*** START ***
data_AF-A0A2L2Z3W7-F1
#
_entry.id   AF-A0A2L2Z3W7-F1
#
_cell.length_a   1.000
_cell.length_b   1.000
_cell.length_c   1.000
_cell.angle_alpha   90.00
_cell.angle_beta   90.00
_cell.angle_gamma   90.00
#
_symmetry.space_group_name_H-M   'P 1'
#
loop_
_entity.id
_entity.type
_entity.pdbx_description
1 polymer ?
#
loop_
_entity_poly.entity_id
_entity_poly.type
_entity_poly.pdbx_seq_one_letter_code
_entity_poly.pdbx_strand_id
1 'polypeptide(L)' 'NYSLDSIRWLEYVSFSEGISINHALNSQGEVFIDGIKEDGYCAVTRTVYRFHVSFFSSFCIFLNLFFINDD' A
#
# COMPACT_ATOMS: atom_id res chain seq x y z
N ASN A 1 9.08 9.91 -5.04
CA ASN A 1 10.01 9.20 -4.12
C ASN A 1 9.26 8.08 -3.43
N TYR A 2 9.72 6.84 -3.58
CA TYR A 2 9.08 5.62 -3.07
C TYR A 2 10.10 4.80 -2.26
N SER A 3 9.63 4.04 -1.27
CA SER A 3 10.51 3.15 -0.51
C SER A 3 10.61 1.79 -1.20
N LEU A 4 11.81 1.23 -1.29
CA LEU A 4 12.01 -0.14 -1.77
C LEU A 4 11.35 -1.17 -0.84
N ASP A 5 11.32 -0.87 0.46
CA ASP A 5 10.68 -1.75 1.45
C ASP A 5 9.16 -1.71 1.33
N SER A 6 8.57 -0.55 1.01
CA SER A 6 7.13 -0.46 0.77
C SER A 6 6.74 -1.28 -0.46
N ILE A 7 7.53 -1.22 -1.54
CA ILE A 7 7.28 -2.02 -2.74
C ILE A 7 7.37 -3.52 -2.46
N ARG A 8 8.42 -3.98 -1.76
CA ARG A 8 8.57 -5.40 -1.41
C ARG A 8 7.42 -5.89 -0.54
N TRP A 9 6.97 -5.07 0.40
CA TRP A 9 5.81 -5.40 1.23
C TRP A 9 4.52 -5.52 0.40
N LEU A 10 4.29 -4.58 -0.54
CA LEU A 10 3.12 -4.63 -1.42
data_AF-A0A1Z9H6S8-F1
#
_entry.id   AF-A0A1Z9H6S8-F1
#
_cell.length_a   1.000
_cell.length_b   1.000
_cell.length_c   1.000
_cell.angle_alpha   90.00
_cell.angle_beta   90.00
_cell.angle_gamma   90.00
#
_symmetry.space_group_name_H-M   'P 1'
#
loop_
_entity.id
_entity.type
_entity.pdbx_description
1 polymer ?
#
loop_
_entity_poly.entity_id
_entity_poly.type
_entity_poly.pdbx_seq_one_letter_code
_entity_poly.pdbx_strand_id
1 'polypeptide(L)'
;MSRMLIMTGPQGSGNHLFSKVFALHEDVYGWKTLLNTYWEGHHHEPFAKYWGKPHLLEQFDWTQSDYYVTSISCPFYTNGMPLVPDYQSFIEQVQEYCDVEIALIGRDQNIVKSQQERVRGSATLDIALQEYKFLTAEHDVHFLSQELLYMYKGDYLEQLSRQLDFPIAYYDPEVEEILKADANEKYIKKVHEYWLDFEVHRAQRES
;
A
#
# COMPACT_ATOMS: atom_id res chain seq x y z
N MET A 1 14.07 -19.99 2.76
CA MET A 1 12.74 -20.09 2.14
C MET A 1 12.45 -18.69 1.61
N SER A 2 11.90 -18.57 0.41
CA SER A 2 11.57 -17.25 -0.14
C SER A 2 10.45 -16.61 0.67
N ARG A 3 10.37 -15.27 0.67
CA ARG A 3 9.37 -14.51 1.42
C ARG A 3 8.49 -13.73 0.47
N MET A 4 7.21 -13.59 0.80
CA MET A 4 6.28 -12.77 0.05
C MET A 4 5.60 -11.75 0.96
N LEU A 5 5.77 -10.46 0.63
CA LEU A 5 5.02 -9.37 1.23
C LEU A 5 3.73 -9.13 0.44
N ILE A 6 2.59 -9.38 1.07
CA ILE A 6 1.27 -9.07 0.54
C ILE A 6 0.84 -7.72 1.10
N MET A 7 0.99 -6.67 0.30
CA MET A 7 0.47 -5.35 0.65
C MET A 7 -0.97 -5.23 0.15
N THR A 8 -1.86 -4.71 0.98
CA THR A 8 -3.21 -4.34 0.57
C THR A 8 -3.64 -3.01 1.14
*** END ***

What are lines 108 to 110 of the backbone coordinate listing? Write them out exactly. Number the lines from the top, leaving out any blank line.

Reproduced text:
N THR A 8 -1.86 -4.71 0.98
CA THR A 8 -3.21 -4.34 0.57
C THR A 8 -3.64 -3.01 1.14